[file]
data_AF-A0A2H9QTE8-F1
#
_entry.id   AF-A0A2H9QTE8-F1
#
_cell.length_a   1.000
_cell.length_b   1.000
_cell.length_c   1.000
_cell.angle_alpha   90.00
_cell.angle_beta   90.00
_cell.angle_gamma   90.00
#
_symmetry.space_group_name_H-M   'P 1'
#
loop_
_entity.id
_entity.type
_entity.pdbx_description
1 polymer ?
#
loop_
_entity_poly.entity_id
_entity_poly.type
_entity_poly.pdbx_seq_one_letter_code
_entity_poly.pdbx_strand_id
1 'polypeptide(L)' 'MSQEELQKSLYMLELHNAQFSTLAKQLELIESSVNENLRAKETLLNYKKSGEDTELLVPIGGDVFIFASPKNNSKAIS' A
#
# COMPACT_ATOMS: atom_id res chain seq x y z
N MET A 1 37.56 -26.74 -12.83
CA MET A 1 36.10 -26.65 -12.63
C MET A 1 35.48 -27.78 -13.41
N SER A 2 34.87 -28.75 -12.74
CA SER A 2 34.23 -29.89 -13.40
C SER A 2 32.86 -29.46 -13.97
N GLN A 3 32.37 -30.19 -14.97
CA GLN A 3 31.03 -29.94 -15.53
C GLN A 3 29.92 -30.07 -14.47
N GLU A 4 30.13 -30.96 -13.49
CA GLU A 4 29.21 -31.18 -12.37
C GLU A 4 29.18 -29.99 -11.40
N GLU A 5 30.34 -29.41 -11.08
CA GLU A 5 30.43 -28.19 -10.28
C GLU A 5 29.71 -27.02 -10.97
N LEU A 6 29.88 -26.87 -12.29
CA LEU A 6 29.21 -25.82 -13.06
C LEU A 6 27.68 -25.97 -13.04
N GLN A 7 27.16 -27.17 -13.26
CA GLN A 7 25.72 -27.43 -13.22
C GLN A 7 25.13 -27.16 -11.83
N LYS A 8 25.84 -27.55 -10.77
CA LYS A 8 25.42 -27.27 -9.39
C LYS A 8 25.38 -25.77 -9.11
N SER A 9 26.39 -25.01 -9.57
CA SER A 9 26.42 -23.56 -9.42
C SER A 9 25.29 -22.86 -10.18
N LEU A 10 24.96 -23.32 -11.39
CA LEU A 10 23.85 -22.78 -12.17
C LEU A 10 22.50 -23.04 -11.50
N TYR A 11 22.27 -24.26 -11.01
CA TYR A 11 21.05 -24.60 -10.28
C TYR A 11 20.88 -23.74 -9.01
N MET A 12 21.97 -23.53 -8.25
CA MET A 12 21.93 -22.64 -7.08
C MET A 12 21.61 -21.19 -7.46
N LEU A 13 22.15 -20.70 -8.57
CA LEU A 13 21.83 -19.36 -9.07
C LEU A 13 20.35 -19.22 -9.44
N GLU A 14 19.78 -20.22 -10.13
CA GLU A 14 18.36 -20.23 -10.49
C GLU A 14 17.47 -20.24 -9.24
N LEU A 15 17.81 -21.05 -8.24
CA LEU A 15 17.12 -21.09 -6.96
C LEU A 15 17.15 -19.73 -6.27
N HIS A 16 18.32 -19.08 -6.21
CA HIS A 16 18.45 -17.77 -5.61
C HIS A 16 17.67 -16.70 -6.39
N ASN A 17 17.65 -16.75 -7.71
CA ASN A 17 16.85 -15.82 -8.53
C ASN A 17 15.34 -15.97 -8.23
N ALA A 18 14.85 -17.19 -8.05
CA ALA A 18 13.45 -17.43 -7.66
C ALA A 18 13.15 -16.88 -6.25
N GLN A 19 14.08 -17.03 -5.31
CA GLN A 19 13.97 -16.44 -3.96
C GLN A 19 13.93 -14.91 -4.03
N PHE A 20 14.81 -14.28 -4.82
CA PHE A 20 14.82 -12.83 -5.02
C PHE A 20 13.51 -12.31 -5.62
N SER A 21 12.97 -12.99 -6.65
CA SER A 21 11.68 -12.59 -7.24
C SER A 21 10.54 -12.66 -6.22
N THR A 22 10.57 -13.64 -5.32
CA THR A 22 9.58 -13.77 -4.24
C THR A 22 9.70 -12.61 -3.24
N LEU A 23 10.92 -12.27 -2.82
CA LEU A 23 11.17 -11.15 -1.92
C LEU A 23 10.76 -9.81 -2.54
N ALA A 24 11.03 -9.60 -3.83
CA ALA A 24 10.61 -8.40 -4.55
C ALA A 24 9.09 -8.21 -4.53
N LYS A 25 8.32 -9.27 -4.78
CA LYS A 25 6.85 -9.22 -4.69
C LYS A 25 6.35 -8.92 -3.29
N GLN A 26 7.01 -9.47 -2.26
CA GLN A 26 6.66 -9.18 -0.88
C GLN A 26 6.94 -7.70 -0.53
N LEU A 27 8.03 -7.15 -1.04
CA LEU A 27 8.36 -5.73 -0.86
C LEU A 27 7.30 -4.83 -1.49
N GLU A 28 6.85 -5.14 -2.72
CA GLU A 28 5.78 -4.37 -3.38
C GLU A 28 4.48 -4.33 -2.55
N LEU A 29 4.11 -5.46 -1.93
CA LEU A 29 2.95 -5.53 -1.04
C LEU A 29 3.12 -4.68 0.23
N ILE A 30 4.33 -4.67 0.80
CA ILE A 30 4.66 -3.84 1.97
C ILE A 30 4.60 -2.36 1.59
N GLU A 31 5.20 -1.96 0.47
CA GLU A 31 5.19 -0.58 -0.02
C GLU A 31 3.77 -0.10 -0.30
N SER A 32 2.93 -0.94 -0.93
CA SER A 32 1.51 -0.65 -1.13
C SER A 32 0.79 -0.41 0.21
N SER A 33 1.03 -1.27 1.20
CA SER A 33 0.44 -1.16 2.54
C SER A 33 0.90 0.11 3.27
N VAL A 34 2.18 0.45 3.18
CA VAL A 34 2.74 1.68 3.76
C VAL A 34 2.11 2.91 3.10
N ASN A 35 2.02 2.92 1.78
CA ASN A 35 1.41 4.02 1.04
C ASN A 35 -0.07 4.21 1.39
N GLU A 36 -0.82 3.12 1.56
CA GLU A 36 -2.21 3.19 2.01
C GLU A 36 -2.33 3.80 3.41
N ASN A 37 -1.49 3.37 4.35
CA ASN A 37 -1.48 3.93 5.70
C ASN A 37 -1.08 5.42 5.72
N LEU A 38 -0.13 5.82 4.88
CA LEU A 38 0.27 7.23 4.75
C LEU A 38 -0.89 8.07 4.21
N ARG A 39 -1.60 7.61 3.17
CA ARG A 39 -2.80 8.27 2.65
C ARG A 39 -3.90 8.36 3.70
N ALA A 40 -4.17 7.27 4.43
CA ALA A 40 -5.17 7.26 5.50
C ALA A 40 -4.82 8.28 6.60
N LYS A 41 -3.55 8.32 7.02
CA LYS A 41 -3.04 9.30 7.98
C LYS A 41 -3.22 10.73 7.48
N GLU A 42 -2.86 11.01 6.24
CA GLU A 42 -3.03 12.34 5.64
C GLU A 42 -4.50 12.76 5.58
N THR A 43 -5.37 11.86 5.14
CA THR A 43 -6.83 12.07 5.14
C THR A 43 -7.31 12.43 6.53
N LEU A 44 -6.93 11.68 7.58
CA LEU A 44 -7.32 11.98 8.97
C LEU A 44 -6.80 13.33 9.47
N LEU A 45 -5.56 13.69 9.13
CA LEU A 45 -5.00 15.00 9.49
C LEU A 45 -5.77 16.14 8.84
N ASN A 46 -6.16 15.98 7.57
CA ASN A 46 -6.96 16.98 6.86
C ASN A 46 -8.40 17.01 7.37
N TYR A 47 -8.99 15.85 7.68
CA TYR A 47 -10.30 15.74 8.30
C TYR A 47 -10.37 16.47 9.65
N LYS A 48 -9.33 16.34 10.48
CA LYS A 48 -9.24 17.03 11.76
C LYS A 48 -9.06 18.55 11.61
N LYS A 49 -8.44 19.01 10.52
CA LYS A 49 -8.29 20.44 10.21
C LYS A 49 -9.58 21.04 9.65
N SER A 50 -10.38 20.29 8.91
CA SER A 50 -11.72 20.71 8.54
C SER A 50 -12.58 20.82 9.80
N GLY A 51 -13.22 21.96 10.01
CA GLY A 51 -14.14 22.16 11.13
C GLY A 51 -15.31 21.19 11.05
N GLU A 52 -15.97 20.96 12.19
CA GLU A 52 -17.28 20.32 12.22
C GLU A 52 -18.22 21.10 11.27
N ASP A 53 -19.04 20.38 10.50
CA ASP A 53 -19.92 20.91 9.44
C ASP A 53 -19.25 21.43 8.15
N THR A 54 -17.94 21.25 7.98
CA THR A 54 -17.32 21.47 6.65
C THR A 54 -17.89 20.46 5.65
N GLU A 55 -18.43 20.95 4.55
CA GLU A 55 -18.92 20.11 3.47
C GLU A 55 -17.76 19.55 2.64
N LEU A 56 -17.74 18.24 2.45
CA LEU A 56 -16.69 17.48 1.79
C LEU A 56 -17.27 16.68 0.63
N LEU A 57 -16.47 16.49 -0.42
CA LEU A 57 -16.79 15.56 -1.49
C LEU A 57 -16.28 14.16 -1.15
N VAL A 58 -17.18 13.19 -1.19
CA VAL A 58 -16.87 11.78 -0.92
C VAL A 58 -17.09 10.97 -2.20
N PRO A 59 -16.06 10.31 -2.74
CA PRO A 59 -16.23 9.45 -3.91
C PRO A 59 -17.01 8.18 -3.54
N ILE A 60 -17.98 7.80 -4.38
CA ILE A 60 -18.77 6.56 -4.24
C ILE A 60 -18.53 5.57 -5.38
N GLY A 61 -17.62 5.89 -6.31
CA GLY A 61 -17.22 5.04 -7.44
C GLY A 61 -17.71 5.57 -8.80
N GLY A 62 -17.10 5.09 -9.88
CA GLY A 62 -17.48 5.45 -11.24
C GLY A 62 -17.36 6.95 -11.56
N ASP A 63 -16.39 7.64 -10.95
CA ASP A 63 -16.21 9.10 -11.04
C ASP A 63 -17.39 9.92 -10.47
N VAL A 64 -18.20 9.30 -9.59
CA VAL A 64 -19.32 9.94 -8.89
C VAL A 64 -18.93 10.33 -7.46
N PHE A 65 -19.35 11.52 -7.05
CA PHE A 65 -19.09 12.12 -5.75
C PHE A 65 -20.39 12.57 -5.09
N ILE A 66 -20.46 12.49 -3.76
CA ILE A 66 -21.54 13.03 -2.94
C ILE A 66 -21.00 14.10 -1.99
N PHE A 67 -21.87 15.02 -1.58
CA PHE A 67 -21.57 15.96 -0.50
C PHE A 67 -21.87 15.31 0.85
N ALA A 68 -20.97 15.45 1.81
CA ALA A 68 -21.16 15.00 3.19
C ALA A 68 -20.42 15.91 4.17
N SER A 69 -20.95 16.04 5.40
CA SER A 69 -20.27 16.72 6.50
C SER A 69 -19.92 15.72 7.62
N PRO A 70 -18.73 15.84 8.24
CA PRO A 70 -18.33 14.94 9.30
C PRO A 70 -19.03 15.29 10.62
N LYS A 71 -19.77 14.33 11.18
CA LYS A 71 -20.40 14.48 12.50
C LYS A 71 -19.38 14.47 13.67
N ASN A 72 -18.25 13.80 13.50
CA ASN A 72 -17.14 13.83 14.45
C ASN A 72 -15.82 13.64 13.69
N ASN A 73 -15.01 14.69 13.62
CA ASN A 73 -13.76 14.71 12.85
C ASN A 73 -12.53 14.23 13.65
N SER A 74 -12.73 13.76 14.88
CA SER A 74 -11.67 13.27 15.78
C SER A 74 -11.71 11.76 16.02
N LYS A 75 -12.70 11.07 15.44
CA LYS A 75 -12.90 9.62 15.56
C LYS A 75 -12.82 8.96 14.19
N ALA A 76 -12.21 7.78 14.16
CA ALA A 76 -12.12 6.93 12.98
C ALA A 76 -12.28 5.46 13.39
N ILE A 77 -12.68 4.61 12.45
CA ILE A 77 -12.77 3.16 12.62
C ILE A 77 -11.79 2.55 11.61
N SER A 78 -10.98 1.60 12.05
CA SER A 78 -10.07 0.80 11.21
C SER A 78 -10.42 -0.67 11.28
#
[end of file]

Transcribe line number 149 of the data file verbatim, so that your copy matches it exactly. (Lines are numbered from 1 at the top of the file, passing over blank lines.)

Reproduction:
CA LYS A 41 -3.04 9.30 7.98